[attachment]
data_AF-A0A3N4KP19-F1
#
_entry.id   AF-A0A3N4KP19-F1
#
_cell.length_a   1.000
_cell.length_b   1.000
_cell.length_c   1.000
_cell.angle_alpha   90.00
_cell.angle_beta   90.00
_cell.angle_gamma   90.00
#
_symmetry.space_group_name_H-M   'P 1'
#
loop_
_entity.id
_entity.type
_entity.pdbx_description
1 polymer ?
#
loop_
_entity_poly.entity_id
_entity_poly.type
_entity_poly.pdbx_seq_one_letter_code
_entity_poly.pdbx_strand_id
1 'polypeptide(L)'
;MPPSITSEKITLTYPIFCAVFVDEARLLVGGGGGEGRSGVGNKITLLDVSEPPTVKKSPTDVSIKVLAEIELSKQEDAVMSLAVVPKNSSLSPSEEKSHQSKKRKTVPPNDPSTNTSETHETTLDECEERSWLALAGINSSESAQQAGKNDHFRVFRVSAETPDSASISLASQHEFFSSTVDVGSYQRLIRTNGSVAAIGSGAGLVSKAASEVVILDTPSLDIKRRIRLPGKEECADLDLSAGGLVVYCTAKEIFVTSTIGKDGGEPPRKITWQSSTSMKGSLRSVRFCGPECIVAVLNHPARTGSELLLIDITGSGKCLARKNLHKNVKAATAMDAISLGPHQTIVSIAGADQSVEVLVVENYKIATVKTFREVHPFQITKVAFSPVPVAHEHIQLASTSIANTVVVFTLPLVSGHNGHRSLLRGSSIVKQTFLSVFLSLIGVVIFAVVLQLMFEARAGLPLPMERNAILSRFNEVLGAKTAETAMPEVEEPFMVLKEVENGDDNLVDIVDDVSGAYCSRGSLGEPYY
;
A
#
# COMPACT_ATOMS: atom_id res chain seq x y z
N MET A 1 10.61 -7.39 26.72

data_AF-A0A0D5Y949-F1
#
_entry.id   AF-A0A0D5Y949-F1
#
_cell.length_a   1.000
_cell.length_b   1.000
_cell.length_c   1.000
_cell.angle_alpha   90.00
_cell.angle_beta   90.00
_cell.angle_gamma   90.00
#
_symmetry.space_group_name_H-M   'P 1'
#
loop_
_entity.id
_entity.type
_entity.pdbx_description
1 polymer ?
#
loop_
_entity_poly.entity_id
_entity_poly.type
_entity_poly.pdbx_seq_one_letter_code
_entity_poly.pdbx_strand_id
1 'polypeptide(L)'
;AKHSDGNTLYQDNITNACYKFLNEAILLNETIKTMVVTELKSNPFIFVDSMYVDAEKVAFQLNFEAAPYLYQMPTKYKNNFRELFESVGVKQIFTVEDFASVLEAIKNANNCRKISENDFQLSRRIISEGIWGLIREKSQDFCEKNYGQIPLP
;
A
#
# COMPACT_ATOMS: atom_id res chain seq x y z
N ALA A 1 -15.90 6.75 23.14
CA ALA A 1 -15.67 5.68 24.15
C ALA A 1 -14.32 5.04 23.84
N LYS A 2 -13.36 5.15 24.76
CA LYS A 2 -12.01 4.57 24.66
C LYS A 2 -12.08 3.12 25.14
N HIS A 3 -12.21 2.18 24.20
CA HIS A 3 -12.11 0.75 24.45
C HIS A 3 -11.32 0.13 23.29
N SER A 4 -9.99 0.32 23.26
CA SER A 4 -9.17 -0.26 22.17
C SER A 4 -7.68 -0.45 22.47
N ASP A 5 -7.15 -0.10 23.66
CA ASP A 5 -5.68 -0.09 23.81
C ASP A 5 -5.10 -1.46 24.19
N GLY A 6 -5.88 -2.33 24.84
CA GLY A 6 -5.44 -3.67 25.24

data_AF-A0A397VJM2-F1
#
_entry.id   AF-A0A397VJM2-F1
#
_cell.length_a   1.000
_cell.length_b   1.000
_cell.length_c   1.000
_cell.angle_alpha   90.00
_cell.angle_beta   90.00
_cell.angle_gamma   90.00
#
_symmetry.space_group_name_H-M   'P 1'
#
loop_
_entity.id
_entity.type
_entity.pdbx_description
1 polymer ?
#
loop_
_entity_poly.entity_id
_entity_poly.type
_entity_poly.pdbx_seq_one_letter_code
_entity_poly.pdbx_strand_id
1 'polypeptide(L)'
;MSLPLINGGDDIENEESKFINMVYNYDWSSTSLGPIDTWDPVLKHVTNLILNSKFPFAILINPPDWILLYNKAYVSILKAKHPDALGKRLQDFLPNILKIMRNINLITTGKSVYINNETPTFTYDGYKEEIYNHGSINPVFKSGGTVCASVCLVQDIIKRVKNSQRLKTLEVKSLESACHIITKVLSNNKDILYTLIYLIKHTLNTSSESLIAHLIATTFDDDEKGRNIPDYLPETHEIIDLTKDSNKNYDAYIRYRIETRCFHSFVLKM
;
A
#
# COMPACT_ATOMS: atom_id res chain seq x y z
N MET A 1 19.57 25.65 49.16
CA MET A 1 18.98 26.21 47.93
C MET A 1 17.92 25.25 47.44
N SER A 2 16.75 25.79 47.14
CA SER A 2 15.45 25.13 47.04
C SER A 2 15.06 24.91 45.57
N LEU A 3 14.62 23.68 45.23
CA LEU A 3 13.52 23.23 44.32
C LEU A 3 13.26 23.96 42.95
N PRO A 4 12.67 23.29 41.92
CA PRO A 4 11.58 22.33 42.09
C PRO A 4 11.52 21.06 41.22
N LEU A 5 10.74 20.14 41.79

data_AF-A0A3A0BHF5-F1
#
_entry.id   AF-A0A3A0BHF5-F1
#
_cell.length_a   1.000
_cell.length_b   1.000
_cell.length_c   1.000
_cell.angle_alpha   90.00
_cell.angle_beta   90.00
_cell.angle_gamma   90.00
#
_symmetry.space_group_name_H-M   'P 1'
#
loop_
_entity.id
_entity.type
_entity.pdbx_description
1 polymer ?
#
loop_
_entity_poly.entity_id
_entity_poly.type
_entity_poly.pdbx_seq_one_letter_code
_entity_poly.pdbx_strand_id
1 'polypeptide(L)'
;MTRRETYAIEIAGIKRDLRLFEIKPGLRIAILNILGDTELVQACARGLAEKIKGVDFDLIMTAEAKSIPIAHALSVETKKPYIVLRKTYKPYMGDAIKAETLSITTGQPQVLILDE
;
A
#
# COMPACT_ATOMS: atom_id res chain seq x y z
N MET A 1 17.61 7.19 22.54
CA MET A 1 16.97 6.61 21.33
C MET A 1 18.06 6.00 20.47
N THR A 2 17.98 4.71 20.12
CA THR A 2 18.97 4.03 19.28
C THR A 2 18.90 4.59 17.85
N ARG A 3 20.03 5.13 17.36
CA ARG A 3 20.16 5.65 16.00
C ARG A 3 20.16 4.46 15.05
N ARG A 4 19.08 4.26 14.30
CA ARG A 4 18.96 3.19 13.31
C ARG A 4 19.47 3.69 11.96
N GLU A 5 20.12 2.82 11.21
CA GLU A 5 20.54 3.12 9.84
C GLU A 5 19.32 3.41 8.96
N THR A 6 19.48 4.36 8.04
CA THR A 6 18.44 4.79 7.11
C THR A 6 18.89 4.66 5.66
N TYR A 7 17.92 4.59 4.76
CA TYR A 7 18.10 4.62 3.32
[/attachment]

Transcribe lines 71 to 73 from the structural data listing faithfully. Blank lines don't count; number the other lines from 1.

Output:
N SER A 4 -9.99 0.32 23.26
CA SER A 4 -9.17 -0.26 22.17
C SER A 4 -7.68 -0.45 22.47